School board to vote on Christian lessons in classroom


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Silver Heights families are the latest to request the community’s public school allow their children to participate in Christian lessons during the day — a longstanding, but little-known possibility under provincial legislation.

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Silver Heights families are the latest to request the community’s public school allow their children to participate in Christian lessons during the day — a longstanding, but little-known possibility under provincial legislation.

The St. James-Assiniboia School Board is anticipated to approve the use of Strathmillan School for elementary-aged theology programming at its next meeting. Trustees recently passed the first reading of a bylaw that aims to facilitate it.

Students who opt-in will study life lessons from the bible, memory verses and the history of holidays including Christmas and Easter, said Laura Lawrence of the Child Evangelism Fellowship of Manitoba.


Laura Lawrence, Discovery Time director, with a selection of education material at Child Evangelism Fellowship of Manitoba.

“The children, when they hear how much God loves them, like Jeremiah 31:3 — ‘I have loved you with an everlasting love’ — they love that, and to be encouraged,” said Lawrence, who oversees the non-denominational organization’s classroom initiative.

The Child Evangelism Fellowship currently runs a program known as “Discovery Time” in about 25 schools, the majority of them in the Steinbach area, across the province. Before the COVID-19 pandemic and temporary school visitor restrictions were introduced, there were 50 participating buildings with about 170 classes in total.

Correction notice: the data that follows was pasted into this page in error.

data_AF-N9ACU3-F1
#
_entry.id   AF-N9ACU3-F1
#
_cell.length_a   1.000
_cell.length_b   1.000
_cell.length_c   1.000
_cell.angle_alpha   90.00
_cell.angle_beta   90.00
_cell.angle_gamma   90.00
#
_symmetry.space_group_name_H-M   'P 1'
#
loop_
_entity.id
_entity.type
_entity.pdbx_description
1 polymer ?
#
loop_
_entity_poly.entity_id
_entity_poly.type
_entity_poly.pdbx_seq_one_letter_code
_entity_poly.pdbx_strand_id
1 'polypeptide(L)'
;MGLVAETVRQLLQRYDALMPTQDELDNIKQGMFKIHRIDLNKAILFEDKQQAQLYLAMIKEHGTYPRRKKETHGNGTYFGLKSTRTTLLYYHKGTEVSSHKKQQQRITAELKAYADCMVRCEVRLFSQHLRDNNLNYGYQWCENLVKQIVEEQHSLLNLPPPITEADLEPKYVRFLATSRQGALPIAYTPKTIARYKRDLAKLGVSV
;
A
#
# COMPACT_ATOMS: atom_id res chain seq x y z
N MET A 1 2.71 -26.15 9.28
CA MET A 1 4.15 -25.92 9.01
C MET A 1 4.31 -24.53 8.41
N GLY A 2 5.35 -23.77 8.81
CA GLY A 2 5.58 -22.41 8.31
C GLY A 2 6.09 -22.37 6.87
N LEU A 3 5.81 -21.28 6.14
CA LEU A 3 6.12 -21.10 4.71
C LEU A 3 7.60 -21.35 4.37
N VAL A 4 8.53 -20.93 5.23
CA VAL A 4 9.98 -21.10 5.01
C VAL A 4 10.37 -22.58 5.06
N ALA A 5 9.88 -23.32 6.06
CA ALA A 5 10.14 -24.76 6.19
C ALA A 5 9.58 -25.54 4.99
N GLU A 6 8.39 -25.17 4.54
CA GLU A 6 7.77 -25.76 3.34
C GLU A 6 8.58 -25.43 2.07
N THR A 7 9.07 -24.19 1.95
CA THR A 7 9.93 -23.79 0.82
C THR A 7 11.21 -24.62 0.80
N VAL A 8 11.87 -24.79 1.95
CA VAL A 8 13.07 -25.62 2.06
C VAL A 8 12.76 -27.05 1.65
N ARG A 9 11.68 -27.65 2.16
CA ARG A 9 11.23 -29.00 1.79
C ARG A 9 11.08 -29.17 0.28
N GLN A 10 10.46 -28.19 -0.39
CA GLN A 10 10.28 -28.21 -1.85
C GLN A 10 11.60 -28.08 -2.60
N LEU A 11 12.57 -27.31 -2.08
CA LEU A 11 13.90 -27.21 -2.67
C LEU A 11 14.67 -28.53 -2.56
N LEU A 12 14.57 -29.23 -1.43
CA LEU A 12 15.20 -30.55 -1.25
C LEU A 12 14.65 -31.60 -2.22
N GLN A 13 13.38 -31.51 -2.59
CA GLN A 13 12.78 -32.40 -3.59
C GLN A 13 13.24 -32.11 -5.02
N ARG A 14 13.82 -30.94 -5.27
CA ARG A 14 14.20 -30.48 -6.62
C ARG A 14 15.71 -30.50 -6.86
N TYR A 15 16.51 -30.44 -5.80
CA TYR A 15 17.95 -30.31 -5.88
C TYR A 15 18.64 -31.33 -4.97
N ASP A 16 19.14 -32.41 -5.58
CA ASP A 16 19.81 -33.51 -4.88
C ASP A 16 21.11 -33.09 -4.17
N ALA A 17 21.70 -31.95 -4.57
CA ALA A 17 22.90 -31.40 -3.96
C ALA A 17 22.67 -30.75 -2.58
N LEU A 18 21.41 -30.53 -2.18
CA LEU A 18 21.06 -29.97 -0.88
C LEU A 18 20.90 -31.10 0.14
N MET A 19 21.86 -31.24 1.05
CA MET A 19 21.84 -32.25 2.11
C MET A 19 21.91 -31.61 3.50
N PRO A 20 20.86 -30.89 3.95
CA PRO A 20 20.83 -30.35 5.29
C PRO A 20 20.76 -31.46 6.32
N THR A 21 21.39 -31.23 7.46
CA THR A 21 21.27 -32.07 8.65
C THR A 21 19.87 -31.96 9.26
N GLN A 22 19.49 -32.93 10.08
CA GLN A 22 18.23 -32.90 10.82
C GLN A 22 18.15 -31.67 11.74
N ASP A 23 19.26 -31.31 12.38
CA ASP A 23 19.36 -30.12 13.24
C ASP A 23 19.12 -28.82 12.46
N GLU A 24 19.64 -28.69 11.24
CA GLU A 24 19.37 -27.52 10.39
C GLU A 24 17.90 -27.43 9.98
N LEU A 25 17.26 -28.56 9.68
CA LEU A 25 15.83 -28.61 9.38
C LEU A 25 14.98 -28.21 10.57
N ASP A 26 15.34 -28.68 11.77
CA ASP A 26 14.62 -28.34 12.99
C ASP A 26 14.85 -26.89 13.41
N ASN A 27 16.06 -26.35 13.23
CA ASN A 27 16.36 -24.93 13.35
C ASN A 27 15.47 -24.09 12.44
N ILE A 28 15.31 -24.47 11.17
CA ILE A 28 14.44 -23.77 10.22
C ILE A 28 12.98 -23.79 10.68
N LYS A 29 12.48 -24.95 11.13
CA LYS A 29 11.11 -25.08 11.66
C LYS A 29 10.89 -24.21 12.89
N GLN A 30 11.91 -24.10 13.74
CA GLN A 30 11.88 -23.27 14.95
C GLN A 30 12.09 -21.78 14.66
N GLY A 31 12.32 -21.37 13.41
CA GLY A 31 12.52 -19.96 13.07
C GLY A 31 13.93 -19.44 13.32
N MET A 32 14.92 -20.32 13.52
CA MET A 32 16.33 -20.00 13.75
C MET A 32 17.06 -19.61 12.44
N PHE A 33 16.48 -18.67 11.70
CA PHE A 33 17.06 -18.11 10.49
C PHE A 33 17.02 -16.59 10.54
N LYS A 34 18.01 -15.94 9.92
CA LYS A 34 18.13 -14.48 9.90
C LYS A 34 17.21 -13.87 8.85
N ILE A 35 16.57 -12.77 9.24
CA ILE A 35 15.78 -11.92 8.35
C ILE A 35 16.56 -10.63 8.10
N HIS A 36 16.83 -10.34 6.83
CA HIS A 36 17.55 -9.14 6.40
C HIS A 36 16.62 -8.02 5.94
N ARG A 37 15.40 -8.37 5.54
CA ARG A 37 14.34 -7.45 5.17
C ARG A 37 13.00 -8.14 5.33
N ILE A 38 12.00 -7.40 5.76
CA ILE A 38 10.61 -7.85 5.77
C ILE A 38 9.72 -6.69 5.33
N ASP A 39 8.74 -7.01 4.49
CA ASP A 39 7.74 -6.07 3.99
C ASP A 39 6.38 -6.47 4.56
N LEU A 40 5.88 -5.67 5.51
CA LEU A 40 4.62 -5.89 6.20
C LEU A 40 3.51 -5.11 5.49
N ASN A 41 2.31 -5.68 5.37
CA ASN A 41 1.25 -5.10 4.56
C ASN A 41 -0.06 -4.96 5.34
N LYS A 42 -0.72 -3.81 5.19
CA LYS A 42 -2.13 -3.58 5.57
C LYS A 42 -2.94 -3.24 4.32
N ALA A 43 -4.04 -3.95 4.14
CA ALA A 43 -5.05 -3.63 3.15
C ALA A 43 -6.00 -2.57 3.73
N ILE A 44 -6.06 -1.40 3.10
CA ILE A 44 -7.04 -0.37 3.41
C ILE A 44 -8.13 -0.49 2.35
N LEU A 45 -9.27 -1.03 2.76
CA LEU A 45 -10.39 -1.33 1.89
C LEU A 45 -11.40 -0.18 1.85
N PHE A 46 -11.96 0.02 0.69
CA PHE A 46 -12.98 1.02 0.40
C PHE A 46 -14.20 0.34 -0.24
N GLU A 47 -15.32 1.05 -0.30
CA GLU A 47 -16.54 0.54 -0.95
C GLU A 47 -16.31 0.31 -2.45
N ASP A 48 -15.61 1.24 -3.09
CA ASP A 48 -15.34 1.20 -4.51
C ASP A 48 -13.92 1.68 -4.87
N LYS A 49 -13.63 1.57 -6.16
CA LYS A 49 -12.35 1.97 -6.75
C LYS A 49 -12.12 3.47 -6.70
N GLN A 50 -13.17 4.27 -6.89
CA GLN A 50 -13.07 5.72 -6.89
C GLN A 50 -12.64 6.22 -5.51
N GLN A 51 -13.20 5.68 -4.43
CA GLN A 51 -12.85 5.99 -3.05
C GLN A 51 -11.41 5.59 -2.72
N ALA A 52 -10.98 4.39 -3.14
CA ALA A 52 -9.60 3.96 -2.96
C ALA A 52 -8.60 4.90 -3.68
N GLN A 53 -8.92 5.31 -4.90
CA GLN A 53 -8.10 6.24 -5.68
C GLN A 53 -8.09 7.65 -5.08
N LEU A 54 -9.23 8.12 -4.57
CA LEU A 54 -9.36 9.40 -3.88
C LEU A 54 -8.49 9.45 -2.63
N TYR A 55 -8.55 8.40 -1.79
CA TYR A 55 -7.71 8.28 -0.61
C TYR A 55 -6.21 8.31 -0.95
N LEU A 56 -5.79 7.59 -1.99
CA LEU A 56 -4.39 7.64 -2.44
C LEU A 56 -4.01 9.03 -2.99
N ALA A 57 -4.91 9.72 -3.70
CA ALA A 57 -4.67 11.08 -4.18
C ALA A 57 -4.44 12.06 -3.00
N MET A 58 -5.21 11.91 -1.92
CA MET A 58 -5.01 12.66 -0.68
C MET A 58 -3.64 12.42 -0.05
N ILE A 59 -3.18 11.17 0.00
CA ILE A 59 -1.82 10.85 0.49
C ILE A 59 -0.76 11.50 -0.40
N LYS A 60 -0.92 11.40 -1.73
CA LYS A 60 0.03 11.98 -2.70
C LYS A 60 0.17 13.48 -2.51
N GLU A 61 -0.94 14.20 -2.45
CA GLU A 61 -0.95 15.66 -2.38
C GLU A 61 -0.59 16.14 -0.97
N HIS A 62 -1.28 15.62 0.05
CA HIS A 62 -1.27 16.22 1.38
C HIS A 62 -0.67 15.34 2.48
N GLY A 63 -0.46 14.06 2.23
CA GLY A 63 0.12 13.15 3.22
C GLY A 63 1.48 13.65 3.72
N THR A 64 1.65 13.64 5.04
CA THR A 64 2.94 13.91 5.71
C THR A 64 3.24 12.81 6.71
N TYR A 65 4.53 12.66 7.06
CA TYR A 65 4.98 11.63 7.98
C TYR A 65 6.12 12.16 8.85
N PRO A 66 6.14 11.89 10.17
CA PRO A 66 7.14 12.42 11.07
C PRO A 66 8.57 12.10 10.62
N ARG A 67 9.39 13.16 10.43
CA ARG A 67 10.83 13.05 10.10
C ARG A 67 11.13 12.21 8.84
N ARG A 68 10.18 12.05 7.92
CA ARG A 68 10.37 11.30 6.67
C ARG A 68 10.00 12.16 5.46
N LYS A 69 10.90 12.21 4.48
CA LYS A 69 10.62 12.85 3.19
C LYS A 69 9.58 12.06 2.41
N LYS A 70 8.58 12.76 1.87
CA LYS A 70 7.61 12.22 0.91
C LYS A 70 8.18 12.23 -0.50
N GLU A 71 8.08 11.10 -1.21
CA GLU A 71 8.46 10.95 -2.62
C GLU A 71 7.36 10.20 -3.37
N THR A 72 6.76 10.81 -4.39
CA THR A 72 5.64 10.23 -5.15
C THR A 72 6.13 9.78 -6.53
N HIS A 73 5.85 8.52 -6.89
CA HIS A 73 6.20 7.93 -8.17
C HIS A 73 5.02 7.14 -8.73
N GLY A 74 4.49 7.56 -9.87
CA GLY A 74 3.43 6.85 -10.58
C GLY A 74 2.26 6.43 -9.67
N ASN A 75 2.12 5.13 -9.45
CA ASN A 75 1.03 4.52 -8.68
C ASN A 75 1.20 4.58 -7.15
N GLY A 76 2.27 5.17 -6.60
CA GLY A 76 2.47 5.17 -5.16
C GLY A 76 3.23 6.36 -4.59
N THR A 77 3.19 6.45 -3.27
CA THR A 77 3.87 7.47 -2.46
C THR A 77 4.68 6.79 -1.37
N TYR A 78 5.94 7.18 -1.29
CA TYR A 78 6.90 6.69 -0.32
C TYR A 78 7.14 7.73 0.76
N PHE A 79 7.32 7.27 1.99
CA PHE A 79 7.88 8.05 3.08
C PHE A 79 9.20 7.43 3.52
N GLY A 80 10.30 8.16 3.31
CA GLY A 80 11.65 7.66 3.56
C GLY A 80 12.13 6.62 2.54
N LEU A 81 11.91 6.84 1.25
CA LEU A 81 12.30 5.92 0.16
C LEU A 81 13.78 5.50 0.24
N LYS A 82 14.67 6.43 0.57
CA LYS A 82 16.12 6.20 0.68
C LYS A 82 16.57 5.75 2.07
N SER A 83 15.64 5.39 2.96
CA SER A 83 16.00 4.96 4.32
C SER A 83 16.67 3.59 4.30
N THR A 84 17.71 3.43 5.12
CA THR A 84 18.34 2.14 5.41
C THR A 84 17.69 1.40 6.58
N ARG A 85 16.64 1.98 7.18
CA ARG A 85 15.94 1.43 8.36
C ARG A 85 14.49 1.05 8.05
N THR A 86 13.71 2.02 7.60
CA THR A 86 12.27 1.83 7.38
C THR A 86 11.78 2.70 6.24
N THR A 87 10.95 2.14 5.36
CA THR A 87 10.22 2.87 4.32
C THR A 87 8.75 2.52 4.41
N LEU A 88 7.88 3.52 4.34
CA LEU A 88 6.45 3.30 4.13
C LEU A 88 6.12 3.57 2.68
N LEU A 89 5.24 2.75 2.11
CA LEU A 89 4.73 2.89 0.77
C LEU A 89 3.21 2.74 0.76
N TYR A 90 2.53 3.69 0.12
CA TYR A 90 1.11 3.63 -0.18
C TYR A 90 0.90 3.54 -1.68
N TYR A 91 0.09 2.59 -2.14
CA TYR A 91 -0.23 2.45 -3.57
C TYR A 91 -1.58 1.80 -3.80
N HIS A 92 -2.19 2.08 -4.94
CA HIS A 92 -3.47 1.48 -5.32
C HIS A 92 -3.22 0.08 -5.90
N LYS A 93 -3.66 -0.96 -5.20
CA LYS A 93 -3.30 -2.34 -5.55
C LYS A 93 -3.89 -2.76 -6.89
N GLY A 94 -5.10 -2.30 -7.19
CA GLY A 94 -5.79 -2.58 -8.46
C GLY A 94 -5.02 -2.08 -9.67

Manitoba divisions must authorize the programming and any other kind of religious instruction be held during a school’s regular weekday schedule if enough caregivers in the community sign and submit a petition in favour of it.

The Public Schools Act states trustees must comply with a request brought forward by guardians of 10 or more children enrolled at a small school or caregivers of 25 students in a building with at least three classrooms.

“(Religious instruction) shall be conducted by a clergyman, priest, rabbi or other spiritual leader or by a representative of parents recognized by the school board as constituting a religious group or by any person including a teacher, duly authorized by… (a) spiritual leader,” it states.

Optional elementary theology is often run in a school in the late afternoon before dismissal or during lunch or snack times. It cannot exceed two and a half hours per week and parents must re-apply for it every school year.

The provision dates back to the amalgamation of Manitoba’s two public school systems — French Catholic and English Protestant boards — in 1890. It was then the Manitoba Schools Act, a predecessor of the Public Schools Act, came into force to establish a single secular system.

The creation of an English mega-board sparked outcry amongst the province’s francophone minority and a political crisis dubbed the “Manitoba Schools Question.”

In a nearly 75-year-old lecture on the subject, which has been transcribed and published by the Manitoba Historical Society, the late civil servant Robert Fletcher explained the political crisis “raged on” for several years before reaching its height around the 1896 federal election.